Good morning. It’s Fed week. I predict the Fed’s rhetoric will be very tough indeed, following the precedent set last month in Jackson Hole. I also predict the market will still not quite buy it. Have a different prediction? Email me: firstname.lastname@example.org.
How much should China’s slowdown matter to global investors?
The standard checklist of reasons to be bearish has, at present, three big items on it. One: to suffocate inflation, the Federal Reserve will tighten monetary policy until the US is in recession. Two: an energy shock will send Europe and the UK into recession, if it hasn’t already. Three: the zero-Covid policy and a slow-motion property crisis guarantee anaemic Chinese growth.
China’s woes cemented their place in the top three last week, when key economic data for August came out. While the headline figures were not as bad as the outright scary July numbers, the underlying picture has not gotten better — especially as regards domestic demand. China’s manufacture-and-export machine is still humming along, though weaker global demand is starting to show. But domestically, things are ugly:
The August retail sales number rose 5.4 per cent in August, a bounce from July’s 2.7 per cent. But analysts were quick to point out that the improvement was largely down to an easier comparison with last year and government subsidies for car purchases. Month-over-month and adjusted for seasonality, Capital Economics’ Julian Evans-Pritchard estimates that retail sales declined 0.8 per cent. His chart:
Youth unemployment remains close to 20 per cent, and rising.
For global exporters of iron ore, copper and other commodities used in construction, there is no sign of a recovery in the housing market, and fixed real estate investment continues to fall.
The government is pushing various forms of stimulus. Local government financing vehicles are borrowing to buy up land, supporting cities and provinces in the place of retreating real estate companies. The People’s Bank of China has cut a key lending rate. The government is encouraging banks to provide funds to restart stalled real estate projects. But given the scale of the problems, it looks like tinkering around the edges, with more rhetoric than substance. Here is Adam Wolfe of Absolute Strategy Research, writing last month:
The government has so far failed to deliver its rumoured stimulus measures. Media reports that local governments will be allowed to tap rmb1.5tn from next year’s bond [issuance] quotas have yet to be confirmed. And the bailout fund for stalled housing projects that the State Council supposedly approved hasn’t been announced. The Politburo’s quarterly economic review last week didn’t mention either, nor did this week’s PBoC and NDRC planning meetings for the second half of the year. That’s likely made firms even more cautious about investing since they’re not sure when, or if, additional government support will be forthcoming.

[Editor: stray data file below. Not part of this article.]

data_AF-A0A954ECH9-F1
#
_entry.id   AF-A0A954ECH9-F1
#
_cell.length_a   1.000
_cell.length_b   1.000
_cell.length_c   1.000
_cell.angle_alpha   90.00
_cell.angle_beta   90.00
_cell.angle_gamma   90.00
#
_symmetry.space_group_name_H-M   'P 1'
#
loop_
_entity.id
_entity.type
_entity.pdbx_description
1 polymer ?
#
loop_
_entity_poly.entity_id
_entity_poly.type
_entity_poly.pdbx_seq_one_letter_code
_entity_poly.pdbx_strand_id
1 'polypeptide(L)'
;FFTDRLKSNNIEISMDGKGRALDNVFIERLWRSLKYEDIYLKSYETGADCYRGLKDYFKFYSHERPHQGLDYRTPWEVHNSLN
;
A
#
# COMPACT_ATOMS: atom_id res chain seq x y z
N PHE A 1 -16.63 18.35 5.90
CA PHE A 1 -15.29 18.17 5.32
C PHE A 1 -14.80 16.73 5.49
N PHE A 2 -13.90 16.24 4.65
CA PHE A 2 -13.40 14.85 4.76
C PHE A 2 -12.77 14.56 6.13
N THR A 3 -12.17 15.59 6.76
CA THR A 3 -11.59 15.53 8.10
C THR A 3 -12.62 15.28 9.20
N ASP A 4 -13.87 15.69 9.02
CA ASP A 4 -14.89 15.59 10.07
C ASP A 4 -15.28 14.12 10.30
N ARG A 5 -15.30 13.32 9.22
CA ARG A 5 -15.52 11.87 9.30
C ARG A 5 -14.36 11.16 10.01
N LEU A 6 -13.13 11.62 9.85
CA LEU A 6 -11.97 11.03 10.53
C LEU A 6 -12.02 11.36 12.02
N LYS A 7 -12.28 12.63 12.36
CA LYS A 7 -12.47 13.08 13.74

Monetary stimulus is ineffective because China is in a liquidity trap. “China’s private sector has little interest in further borrowing . . . ample funds exist for lending, but they are simply sitting in the banking system unused,” Craig Botham at Pantheon Macroeconomics sums up. So credit growth is slower than the growth in money supply. Here’s Botham’s chart (“M2” is the money supply, “ASF” stand for “all social financing” a broad measure of credit growth):
Not an encouraging picture. For investors who are not directly invested in China, though, should it be a major independent cause for worry?
An institutional investor in New York, London, Tokyo, or Singapore, with a reasonably standard portfolio of equities and bonds, will have loads of direct exposure to the US and European economies. Their direct exposure to China is likely to be much lower, for several reasons. China’s financial system is relatively closed, and foreign ownership of its financial assets is low (and, in the case of corporate bonds, falling fast). And while China has an immense role in meeting demand for goods outside of China, its role as a source of demand for goods and services for other nations is much more limited, and concentrated to a few areas — most notably commodities and semiconductors (the top ten holdings in MSCI’s World China Exposure Index consist of 5 semiconductor companies, 4 commodities groups, and an electronics component manufacturer).
But outside of huge commodities exporters such as Brazil and Australia, direct exposure to Chinese demand is not enormous:
Joerg Wuttke, president of the European Chamber of Commerce in China, pointed out to me that European exports to China (€112bn) are well less than those to the UK (€161bn) and not much greater than those to Switzerland (€91bn).
But while it is important not to exaggerate the contribution of China to global demand, it is equally important to acknowledge that the areas where China’s demand is most significant — commodities and semiconductors — are highly cyclical and visible. What China does contribute is highly volatile and could be both a leading indicator of global growth and a powerful driver of global sentiment. That helps to explain charts like this one, from Absolute Strategy Research, showing a significant if uneven correlation between Chinese economic and global stock performance:
I wonder if the correlation might be weaker this time around. Given that China’s two big problems (zero Covid and housing) are very much local, how much will China’s slowdown prove to be a global problem this cycle, outside of quite specific sectors like commodities? Will China lead the global economy — or just follow it?
One good read
Adam Tooze on the risks of coordinated global monetary tightening — a “Fed mistake” on a global scale.